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Being Female and CEO – Observations

3 min read

Mary Jo Johnson

Women’s History Month (March) provides the perfect opportunity for EO Johnson Business Technologies CEO/Owner Mary Jo Johnson to share her observations on women as top leaders in business.   

Male dominated industry

I am a female CEO/owner in a male dominated industry.  Finding my way since I stepped into this position in 1999 provides for some interesting observations. The first that comes to mind is around the conversations my male counterparts invited me to be part of.

The questions that came my way early on tended to be about the administrative functions of my company, assuming of course, because I was a woman, I would have expertise in this area.  I wasn’t asked about the financials, sales results, or new product development.  I didn’t let it bother me, instead I would make it positive and turn it around to an opportunity to share with them the innovative things we were doing in administration.

Then, when it was time to golf, I would get asked if I would be joining them, but I always sensed hesitation.  I assumed they were worried I would slow their game down if I said yes.  I have never been a golfer so declined and the reply was, “yes, I suppose with being busy raising children you haven’t had time to take the game up.”

Today, I am pleased to report I get the revenue questions and there are a few more female owners and C-level around the table.  I still haven’t taken the game of golf up – maybe when I retire I will.

The second role

In business we see a fair number of women successfully rise to number two roles.  The characteristics that rightfully earn women these positions tend to be dependability, consistency, kindness, and team building (among many others).  All are crucial skills, highly valued by business leaders, and seem to be skills women excel in.  However, we don’t see enough of these women moving from the number two role into the number one positions.


A great deal of what I see on the topic of confidence focuses on the lack of self-confidence women leaders have.  That said, I see a distinction between the confidence our society places in women in top leadership positions verses women being self-confident.  There needs to be improvement in both areas.

Simply stated, we women need to stop beating ourselves up – we do it far more than men do.  We need to silence the voice in our head that too often says “what if”, and we need to be more comfortable with humble self-promotion.  If we don’t tell our story who else will?

I love a story I read in an article that points out, rather tongue-in-cheek, just how more comfortable men are in the confidence arena.  The article cited a presenter who asked a group if anyone had experience breast feeding.  A man raised his hand saying he had watched his wife breast feed for three months.  The women in the crowd, which included mothers, didn’t come forward as experts.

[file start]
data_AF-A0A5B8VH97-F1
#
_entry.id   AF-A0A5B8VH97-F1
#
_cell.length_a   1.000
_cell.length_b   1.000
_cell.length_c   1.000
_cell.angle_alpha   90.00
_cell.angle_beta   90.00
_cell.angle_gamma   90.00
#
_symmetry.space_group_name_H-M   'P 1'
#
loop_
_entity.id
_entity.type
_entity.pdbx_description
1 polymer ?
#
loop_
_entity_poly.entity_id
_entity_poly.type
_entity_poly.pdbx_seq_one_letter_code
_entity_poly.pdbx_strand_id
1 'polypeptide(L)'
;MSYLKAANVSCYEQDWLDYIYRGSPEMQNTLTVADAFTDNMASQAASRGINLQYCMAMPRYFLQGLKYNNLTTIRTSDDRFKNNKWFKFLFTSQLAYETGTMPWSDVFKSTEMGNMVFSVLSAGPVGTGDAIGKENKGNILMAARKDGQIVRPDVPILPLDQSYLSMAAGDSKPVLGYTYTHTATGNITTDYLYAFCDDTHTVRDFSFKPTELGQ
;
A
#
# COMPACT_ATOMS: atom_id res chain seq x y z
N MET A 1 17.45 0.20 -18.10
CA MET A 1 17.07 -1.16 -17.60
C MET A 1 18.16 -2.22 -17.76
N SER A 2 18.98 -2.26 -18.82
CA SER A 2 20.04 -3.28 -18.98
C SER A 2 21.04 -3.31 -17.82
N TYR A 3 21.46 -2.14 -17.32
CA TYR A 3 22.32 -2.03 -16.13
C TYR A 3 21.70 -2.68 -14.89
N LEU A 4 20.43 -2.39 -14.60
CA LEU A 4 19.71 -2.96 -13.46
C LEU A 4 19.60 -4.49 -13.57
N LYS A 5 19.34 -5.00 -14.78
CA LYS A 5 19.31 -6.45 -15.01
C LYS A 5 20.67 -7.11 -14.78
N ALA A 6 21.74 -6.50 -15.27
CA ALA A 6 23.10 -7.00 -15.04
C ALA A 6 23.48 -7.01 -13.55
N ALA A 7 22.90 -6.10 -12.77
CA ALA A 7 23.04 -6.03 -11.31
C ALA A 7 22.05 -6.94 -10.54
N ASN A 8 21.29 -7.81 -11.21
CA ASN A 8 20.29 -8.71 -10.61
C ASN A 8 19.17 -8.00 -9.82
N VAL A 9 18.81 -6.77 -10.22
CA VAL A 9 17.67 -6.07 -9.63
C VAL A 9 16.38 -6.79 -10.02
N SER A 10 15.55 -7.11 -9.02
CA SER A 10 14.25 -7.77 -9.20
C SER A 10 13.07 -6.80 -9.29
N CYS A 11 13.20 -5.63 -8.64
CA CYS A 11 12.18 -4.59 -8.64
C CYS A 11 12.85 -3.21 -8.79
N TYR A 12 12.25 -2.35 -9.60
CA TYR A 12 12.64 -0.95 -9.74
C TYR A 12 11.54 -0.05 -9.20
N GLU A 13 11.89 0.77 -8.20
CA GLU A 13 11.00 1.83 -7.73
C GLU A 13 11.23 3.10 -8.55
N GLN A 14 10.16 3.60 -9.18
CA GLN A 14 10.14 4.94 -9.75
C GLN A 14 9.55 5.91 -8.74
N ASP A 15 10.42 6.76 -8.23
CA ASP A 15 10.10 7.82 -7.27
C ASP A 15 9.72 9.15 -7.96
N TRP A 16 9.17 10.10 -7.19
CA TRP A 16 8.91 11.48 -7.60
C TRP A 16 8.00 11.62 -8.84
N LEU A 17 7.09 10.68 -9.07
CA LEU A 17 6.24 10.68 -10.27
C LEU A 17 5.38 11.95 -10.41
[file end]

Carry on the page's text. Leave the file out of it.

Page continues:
We don’t have to do it all

There is no such thing as superwoman.  No one person can, or should think they have to do “it” all.

I have seen it over and over – the women who are successful do so by building a resource net.  This includes people that excel in the things they don’t, their team at work, their vendors, their community, and extends to their personal life.  Successful women have a “village” and are comfortable (and confident enough) to call on them.  We trip ourselves up when we think we have to do it all on our own – we don’t.

Servant leadership

This is a perfect segue into a topic I am passionate about – servant leadership.  Leading with the idea of serving first and encouraging leadership in others is a foundational principal of my company.

Using the management team for group leadership is very powerful.  With everyone focused on the goal we can examine the path to achievement from all angles.  That helps us understand potential impacts, roadblocks, and whatever other obstacles may present themselves.  Women leaders who lead with serving in mind, work with the circle of great people surrounding them, and work in concert toward a greater good will be well positioned to succeed.  And the same is true for men.


When I was new in my role as CEO I used to think I would never know what my dad knew.  Now my son, who is working in our company, says the same to me.  My message to him is:  “You’re going to do one better – you will know what you know which will be a combination of past lessons shared, leading as a servant, and creating a strong shared vision for the future.”



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